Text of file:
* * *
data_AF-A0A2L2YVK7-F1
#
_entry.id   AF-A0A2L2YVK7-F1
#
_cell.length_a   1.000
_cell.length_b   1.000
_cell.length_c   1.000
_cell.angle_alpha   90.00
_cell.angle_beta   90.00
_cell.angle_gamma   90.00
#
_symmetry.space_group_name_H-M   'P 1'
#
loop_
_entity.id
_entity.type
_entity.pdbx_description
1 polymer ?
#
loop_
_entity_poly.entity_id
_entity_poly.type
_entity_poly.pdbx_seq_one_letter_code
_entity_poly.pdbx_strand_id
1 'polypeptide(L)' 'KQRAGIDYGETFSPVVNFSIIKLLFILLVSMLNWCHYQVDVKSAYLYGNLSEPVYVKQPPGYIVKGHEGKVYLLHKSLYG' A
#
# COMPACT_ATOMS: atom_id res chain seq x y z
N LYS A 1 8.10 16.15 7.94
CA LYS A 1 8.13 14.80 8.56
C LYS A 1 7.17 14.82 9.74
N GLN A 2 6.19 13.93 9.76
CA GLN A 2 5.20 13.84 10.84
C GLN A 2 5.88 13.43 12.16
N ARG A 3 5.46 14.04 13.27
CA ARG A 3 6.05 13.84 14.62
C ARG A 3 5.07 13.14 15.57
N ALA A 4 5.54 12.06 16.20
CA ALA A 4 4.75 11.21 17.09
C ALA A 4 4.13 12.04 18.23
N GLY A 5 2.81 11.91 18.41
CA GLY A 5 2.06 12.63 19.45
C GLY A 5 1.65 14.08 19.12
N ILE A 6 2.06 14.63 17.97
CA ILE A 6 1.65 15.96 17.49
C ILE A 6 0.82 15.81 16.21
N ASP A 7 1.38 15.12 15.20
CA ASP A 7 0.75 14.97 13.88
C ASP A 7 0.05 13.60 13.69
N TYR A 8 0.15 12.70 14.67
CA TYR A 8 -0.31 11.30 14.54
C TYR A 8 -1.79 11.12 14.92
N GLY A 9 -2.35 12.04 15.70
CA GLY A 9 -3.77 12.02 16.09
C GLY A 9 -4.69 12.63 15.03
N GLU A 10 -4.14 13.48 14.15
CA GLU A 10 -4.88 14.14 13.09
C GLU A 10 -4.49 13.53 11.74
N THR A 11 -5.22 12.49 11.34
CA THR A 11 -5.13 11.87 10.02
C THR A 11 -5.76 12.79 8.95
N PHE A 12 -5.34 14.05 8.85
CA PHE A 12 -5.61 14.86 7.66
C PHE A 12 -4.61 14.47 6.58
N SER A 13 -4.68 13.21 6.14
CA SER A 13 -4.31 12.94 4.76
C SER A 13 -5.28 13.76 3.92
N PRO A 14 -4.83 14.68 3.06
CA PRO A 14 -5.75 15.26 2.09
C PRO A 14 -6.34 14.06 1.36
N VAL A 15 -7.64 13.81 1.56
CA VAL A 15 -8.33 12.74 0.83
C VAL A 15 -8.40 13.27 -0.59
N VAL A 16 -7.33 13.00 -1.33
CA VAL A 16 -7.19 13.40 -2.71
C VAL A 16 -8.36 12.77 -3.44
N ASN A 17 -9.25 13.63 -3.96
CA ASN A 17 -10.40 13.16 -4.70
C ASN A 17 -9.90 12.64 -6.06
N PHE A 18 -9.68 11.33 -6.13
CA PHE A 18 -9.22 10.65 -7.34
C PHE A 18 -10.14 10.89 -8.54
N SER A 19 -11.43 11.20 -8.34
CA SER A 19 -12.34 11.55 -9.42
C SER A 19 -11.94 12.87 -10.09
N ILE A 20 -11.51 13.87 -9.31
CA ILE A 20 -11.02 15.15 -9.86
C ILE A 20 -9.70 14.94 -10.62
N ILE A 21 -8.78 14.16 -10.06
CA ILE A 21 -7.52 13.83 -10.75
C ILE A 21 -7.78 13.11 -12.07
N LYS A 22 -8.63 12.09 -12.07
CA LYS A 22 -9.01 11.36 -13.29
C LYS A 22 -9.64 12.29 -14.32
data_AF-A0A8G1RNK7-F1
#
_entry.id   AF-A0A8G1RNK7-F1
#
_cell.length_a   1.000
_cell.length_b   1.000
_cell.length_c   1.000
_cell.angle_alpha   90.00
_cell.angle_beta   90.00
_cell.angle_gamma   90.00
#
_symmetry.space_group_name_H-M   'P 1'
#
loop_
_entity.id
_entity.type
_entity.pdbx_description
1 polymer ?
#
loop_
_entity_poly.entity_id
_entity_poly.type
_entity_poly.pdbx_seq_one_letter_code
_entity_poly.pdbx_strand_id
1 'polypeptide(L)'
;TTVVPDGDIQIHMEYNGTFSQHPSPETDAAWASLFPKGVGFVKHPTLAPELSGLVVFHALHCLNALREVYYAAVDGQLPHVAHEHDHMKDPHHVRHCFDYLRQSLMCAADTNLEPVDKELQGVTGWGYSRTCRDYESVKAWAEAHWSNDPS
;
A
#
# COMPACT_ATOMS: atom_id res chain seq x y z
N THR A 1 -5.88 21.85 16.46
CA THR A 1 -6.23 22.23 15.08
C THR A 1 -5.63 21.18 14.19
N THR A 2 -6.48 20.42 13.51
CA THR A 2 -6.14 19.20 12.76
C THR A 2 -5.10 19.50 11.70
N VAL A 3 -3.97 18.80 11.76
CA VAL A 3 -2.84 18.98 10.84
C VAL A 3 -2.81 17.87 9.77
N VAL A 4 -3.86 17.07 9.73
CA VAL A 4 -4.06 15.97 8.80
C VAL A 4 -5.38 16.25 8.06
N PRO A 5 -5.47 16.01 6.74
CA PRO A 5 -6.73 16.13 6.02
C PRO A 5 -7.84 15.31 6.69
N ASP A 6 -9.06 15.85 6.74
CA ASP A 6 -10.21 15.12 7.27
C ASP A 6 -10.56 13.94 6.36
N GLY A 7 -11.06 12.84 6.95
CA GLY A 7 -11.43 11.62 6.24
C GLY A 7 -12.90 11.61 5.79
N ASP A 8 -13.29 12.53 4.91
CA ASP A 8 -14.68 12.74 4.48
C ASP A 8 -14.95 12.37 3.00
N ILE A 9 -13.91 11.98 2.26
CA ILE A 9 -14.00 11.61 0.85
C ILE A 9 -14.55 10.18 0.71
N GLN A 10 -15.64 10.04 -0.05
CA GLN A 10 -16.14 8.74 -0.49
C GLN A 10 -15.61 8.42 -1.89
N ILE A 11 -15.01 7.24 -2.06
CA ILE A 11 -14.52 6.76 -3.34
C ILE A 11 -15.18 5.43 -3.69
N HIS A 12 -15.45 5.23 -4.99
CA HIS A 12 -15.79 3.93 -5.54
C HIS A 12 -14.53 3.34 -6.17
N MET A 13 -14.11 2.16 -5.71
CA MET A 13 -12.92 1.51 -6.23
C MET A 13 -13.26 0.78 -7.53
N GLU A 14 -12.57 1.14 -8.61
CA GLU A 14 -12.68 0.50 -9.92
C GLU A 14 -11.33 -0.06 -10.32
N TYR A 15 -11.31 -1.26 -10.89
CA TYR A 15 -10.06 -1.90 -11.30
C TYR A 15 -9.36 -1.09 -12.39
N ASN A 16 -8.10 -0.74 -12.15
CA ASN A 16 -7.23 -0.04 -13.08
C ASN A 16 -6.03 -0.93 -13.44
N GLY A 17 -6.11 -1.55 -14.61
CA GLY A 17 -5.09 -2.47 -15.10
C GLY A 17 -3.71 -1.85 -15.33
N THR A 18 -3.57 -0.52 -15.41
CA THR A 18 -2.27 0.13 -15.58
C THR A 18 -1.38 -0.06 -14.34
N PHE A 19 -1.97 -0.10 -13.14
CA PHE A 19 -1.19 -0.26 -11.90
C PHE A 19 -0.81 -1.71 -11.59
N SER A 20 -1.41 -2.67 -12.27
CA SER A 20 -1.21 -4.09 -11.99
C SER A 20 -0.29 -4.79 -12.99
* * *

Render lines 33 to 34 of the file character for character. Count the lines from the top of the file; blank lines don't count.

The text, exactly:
C GLN A 2 5.88 13.43 12.16
N ARG A 3 5.46 14.04 13.27